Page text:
Dhammabhai Kudesha, Bhuddabhajs father

Dhammabhai Kudesha, Bhuddabhajs father

We visited Alang only a few days later, and the exact circumstances of the accident were still murky when we spoke to his family. What transpires is that a piece of the hull must have broken off unexpectedly, taking Bhuddabhai with it as well as Ali Ahmed, the gas cutter who was cutting through the steel on the ship's ninth floor to create an extra exit. None of the workers were wearing safety belts. Nor were they required to, according to the shipyard’s owner. They were working inside the ship; only the cutters working on the ship’s exterior must wear safety belts.

Workers’ rights? Non-existant!

An endless list of problems

To better understand the conditions under which breakers work in Alang, we met Vidyadhar Rane, who is secretary-general of the union trying to organise workers there. In addition to the safety problems on the sites, there are many essential points that should be improved or obtained:

“Housing. Toilets. Canteens. Correctly paid overtime. Paid holidays. Health and accident insurance for everyone.Adequate hospital capacity.”

The latter can make the difference between life and death when disaster strikes. When Bhuabhai had the accident at Honey Ship Breaking Yard, he was brought to the public hospital in Bhavnagar, a provincial town more than 50 kilometers from Alang. It takes more than an hour to cover that distance on the narrow two-lane road, full of speed bumps, stray cows, trucks and dangerous traffic. There is a small, 10-bed clinic run by the Indian Red Cross and the Alang Hospital, which has 20 beds, but these do not have the equipment to deal with serious injuries. These infrastructures are completely insufficient to meet the needs of almost 160 yards in Alang, on which 15,000 to 30,000 workers dismantle huge ships under extreme conditions, risking their lives. The numbers given vary with each interview, and official statistics are not available, since most labour is informal anyway.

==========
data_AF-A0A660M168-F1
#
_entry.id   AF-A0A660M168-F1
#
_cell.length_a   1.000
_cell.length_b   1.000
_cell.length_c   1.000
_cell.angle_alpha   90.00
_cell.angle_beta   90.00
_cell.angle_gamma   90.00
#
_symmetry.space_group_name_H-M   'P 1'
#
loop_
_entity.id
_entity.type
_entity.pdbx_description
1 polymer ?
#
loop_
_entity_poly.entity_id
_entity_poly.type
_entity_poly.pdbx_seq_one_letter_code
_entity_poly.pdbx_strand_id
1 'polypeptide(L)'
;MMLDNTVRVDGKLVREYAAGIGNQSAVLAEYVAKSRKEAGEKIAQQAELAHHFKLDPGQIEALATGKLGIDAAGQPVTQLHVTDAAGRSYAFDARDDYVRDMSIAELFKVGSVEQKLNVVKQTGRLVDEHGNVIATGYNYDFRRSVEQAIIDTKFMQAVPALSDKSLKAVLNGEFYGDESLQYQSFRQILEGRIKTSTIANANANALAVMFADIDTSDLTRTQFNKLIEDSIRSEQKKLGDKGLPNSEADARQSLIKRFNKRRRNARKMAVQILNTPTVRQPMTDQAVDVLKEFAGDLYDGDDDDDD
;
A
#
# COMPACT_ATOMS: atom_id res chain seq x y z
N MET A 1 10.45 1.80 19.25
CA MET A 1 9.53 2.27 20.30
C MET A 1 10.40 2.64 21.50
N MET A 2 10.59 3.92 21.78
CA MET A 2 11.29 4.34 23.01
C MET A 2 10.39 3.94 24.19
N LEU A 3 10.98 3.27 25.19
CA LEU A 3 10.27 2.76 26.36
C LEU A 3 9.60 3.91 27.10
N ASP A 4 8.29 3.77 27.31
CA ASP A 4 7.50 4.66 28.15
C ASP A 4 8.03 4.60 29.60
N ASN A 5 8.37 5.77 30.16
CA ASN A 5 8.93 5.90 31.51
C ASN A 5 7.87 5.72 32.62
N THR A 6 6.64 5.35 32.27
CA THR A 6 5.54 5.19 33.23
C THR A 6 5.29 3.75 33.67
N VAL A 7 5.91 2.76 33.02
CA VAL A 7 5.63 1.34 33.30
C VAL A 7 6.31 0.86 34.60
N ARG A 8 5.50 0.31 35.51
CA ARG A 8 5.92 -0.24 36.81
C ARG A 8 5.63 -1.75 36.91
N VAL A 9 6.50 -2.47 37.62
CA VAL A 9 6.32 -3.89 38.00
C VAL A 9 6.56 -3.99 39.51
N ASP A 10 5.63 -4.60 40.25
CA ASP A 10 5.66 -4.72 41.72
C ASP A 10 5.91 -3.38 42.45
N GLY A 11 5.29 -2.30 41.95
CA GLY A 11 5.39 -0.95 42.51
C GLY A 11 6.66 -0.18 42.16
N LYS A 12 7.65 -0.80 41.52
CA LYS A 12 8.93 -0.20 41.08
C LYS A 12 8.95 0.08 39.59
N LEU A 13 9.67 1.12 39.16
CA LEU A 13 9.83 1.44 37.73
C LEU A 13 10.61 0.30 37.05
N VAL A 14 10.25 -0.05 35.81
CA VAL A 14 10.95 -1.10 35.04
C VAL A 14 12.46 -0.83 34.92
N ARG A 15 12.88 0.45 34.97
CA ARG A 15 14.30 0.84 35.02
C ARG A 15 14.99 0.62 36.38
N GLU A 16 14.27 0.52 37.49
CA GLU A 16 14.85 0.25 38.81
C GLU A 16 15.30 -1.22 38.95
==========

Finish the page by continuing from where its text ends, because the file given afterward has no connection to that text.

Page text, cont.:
“There is no union in Alang,” affirms Nikhil Gupta, co-owner of Rudra Green Ship Recycling, one of the “better” shipbreaking yards in Alang. “And that makes doing business in Gujarat so nice; we have no unions because everyone is on the same page.” Gupta makes this surprising – and patently untrue – statement at the end of an interview during which he has tried to explain the economic laws of demand and supply that govern the world of globalised shipping and shipbreaking, or as industry captains like him prefer to call it: “recycling”. Although the other yard owners we speak to aren’t as disparaging, no-one has anything resembling a formal relation with a union. Nor do they engage in collective bargaining at company or sectoral level. “When there are problems, we deal with the workers directly. Much faster that way” says Nitin Kanakiya, the secretary of the Ship Recycling Industry Association (SRIA) and the owner of Triveni Yard, in Alang.

A billion-rupee industry

Dr Sahu Geetanjoy, a researcher at the Tata Institute for Social Studies in Mumbai.